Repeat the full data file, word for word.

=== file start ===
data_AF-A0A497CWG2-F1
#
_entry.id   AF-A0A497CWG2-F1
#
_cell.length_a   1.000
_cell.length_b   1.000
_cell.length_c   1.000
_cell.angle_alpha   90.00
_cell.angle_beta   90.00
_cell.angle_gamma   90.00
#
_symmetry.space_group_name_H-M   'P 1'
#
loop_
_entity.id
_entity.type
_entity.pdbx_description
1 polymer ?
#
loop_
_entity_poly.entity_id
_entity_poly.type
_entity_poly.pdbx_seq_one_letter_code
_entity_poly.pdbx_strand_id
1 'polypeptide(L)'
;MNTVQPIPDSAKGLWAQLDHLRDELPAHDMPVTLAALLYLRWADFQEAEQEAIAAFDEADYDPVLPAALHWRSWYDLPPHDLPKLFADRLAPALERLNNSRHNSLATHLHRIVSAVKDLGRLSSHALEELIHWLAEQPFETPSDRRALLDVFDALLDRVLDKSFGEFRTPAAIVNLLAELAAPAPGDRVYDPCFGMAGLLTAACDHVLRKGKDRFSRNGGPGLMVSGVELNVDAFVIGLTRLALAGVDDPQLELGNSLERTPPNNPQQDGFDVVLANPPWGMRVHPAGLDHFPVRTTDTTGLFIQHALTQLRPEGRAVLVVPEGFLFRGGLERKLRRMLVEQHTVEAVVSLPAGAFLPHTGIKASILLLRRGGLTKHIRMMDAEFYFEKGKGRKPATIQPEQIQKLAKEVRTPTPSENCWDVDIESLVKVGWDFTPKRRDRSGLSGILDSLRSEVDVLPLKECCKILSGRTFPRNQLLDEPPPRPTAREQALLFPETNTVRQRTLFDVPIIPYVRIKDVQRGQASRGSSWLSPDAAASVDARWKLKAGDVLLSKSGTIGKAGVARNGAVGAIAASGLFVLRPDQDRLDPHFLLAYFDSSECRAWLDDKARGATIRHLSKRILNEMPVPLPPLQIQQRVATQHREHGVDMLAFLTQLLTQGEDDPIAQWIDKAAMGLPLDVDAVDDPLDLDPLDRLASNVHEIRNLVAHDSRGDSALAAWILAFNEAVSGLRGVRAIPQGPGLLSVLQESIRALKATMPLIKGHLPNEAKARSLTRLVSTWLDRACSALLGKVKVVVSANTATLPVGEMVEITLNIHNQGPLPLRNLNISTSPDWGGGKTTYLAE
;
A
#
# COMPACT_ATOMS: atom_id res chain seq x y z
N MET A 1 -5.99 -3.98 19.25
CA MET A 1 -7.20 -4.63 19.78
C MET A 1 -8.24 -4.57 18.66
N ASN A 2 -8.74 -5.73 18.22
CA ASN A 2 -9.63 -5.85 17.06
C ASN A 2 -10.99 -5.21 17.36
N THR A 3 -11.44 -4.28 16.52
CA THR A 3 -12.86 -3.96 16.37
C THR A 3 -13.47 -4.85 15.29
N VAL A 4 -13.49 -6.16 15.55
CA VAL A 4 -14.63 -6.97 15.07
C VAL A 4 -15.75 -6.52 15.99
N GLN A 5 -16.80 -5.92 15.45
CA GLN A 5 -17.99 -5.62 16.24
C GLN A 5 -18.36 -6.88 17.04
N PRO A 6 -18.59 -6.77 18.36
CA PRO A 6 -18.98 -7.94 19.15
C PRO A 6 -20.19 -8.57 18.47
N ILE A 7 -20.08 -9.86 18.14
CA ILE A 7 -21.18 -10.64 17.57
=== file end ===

data_AF-A0A497CWG2-F1
#
_entry.id   AF-A0A497CWG2-F1
#
_cell.length_a   1.000
_cell.length_b   1.000
_cell.length_c   1.000
_cell.angle_alpha   90.00
_cell.angle_beta   90.00
_cell.angle_gamma   90.00
#
_symmetry.space_group_name_H-M   'P 1'
#
loop_
_entity.id
_entity.type
_entity.pdbx_description
1 polymer ?
#
loop_
_entity_poly.entity_id
_entity_poly.type
_entity_poly.pdbx_seq_one_letter_code
_entity_poly.pdbx_strand_id
1 'polypeptide(L)'
;MNTVQPIPDSAKGLWAQLDHLRDELPAHDMPVTLAALLYLRWADFQEAEQEAIAAFDEADYDPVLPAALHWRSWYDLPPHDLPKLFADRLAPALERLNNSRHNSLATHLHRIVSAVKDLGRLSSHALEELIHWLAEQPFETPSDRRALLDVFDALLDRVLDKSFGEFRTPAAIVNLLAELAAPAPGDRVYDPCFGMAGLLTAACDHVLRKGKDRFSRNGGPGLMVSGVELNVDAFVIGLTRLALAGVDDPQLELGNSLERTPPNNPQQDGFDVVLANPPWGMRVHPAGLDHFPVRTTDTTGLFIQHALTQLRPEGRAVLVVPEGFLFRGGLERKLRRMLVEQHTVEAVVSLPAGAFLPHTGIKASILLLRRGGLTKHIRMMDAEFYFEKGKGRKPATIQPEQIQKLAKEVRTPTPSENCWDVDIESLVKVGWDFTPKRRDRSGLSGILDSLRSEVDVLPLKECCKILSGRTFPRNQLLDEPPPRPTAREQALLFPETNTVRQRTLFDVPIIPYVRIKDVQRGQASRGSSWLSPDAAASVDARWKLKAGDVLLSKSGTIGKAGVARNGAVGAIAASGLFVLRPDQDRLDPHFLLAYFDSSECRAWLDDKARGATIRHLSKRILNEMPVPLPPLQIQQRVATQHREHGVDMLAFLTQLLTQGEDDPIAQWIDKAAMGLPLDVDAVDDPLDLDPLDRLASNVHEIRNLVAHDSRGDSALAAWILAFNEAVSGLRGVRAIPQGPGLLSVLQESIRALKATMPLIKGHLPNEAKARSLTRLVSTWLDRACSALLGKVKVVVSANTATLPVGEMVEITLNIHNQGPLPLRNLNISTSPDWGGGKTTYLAE
;
A
#
# COMPACT_ATOMS: atom_id res chain seq x y z
N MET A 1 -5.99 -3.98 19.25
CA MET A 1 -7.20 -4.63 19.78
C MET A 1 -8.24 -4.57 18.66
N ASN A 2 -8.74 -5.73 18.22
CA ASN A 2 -9.63 -5.85 17.06
C ASN A 2 -10.99 -5.21 17.36
N THR A 3 -11.44 -4.28 16.52
CA THR A 3 -12.86 -3.96 16.37
C THR A 3 -13.47 -4.85 15.29
N VAL A 4 -13.49 -6.16 15.55
CA VAL A 4 -14.63 -6.97 15.07
C VAL A 4 -15.75 -6.52 15.99
N GLN A 5 -16.80 -5.92 15.45
CA GLN A 5 -17.99 -5.62 16.24
C GLN A 5 -18.36 -6.88 17.04
N PRO A 6 -18.59 -6.77 18.36
CA PRO A 6 -18.98 -7.94 19.15
C PRO A 6 -20.19 -8.57 18.47
N ILE A 7 -20.08 -9.86 18.14
CA ILE A 7 -21.18 -10.64 17.57